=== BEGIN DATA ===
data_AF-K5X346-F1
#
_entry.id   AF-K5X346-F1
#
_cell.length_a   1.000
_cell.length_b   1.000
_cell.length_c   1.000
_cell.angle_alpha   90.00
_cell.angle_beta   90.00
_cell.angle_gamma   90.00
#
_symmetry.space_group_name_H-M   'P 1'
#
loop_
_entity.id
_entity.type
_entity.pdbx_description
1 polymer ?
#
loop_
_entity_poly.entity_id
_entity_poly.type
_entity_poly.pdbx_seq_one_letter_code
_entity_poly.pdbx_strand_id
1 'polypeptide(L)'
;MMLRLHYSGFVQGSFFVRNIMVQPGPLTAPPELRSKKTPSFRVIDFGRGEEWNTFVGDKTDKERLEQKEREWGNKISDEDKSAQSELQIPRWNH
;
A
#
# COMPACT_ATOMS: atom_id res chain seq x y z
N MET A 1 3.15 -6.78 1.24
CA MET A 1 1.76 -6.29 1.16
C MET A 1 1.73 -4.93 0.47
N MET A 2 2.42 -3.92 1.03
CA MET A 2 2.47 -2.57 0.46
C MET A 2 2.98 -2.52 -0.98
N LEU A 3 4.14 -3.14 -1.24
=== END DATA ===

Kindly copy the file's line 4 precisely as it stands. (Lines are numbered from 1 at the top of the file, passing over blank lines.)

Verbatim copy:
#